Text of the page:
The street fight mentioned, occured in 1587, when Shakespeare was, it is presumed, holding the horses of the gentry who had come to see the play. William Knell was the newly married juvenile lead of the Queen's Men, and he got into a fight with John Towne, a hired man, that is, not a member of the acting troupe. Towne accidently killed Knell. I don't know what happened to him, but in his defence, he mentioned, "Being In fear of his life", more than once! He was discharged! As Knell was the leading man, his death meant that every one in the company 'moved up!' Therefore Shakespeare, presumably in the lowly position of holding the horses, found himself brought "inside" to become one of the company. This is apocryphal.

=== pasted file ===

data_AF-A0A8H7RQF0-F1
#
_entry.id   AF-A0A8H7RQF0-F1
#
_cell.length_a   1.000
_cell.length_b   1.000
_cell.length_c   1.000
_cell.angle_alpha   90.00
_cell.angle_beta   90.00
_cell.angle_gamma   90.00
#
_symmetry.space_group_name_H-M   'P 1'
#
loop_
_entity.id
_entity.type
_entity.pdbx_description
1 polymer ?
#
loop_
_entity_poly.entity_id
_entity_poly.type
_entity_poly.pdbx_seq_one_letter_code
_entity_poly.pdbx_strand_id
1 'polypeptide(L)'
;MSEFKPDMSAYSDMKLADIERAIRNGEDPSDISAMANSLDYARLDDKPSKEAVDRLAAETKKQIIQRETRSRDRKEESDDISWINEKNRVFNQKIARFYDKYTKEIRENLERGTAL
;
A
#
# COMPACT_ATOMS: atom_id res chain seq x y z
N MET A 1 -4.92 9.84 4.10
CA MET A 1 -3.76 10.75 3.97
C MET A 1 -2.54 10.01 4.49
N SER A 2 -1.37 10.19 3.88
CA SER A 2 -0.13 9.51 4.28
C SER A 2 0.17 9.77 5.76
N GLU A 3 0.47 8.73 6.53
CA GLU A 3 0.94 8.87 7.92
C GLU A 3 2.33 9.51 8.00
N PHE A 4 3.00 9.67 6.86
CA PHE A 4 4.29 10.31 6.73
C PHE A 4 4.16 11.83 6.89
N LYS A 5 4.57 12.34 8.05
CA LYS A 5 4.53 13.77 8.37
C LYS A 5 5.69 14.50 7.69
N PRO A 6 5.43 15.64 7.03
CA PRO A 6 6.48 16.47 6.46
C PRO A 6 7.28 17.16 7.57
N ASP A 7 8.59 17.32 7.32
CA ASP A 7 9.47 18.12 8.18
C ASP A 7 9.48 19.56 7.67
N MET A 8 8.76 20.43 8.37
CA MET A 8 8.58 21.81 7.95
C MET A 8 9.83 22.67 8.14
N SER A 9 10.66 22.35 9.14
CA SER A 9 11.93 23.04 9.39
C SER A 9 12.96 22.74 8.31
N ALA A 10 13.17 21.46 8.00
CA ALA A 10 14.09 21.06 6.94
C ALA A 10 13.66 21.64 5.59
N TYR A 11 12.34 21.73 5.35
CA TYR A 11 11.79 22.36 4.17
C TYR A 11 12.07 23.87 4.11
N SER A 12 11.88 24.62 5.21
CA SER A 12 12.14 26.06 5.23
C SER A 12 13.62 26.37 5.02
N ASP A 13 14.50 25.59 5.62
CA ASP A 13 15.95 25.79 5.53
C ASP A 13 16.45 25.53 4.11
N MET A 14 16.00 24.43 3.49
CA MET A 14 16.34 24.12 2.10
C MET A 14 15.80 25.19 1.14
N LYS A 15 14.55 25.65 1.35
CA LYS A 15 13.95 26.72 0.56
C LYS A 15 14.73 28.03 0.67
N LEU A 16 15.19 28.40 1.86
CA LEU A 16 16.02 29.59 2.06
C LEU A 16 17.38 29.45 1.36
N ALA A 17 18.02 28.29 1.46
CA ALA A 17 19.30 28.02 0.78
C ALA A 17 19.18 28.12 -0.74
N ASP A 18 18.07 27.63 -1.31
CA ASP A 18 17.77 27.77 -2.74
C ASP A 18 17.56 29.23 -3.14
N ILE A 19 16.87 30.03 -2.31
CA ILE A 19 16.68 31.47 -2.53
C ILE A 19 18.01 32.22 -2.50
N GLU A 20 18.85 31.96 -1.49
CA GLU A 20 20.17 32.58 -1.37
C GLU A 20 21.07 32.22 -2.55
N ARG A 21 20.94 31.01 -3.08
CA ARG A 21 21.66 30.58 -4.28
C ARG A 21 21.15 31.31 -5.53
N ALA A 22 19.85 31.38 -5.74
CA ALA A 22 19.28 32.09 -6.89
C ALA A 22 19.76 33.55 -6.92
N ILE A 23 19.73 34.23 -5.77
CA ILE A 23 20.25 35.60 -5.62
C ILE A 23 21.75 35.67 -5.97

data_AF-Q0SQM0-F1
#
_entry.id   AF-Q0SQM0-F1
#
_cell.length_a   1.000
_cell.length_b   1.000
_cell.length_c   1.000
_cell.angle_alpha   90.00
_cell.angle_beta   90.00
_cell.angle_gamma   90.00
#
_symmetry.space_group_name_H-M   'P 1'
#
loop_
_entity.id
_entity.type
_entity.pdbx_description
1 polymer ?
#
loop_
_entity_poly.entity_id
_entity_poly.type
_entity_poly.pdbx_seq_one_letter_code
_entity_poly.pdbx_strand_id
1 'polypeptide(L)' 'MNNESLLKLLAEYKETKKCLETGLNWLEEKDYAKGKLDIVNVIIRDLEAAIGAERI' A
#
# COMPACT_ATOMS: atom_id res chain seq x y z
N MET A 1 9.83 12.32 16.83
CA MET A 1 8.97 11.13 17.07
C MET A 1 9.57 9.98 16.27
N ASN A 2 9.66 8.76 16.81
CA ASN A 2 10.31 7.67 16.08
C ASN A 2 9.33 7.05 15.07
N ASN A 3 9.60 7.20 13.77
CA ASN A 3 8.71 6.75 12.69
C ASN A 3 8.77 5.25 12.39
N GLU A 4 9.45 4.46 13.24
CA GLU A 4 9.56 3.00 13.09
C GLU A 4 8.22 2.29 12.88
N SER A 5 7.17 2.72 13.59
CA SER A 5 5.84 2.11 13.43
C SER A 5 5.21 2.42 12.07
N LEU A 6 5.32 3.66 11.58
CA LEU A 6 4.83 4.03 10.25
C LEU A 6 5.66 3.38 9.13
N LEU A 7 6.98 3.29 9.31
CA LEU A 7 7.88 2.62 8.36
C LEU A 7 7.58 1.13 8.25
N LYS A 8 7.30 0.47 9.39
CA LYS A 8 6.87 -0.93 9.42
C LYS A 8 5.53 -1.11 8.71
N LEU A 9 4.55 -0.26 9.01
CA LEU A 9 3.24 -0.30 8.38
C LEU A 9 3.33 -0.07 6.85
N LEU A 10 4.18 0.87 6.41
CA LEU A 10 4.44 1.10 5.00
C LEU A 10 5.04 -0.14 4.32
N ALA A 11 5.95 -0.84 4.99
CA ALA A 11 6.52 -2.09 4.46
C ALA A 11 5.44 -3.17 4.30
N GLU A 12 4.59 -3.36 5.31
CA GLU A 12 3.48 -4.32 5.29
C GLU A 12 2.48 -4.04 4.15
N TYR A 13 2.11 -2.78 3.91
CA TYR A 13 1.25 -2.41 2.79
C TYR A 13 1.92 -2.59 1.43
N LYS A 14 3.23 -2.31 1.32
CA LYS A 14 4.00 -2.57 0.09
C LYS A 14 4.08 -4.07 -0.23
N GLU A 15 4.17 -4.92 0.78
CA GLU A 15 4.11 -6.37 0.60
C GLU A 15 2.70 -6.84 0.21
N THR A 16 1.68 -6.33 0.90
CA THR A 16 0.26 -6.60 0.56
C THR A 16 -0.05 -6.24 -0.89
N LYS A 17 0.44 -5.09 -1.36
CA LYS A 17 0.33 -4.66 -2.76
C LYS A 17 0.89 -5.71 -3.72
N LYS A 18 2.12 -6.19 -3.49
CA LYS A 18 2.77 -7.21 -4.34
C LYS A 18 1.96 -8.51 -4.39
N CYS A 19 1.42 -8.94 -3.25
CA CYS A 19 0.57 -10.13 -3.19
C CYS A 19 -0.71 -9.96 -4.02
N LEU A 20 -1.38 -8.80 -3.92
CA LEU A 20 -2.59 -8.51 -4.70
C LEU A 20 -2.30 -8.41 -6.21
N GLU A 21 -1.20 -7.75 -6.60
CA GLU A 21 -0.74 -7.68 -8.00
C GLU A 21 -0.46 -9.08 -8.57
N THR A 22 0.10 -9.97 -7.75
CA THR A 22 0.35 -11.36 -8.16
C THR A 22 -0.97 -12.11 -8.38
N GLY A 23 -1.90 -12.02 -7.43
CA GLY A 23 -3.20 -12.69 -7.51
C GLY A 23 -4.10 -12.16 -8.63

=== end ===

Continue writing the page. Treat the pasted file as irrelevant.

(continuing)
Scholars cannot be sure as to when Shakespeare was introduced to theatre. Certainly, he was writing around about 1588-9 for his comedy "The Two Gentlemen of Verona" had been performed. In 1587, a member of the" Queens Men", died in a street fight, and Shakespeare may well have found his way into the close relationship of ACTORS at the time, for he certainly started out, as an actor! It is possible, that some of his earlier efforts in verse and rhyme, or even drama, are lost, and equally possible, that some of them survive anonymously. He may well have "collaborated", that is to say, had a hand in writing the odd snippet here and there, as a way of getting in to the playwriting "thing". He was certainly the author, or, co-author of "Titus Andronicus", which he stole from George Peele, Thomas Nashe wrote some of HenryVI part I, and other hands have been detected in Henry VI part 2, and Richard Duke of York, (Henry VI part 3) It's not until 1598, that Francis Meres, an admirer of his, gives an account of the works written by William Shakespeare, and lists six comedies known to him, including Love's Labours Won, thought to be quite something else, and forgotten until 1953, when a scrap of parchment turned up with the forgotten play remarked upon!. Apparently 1500 copies were printed!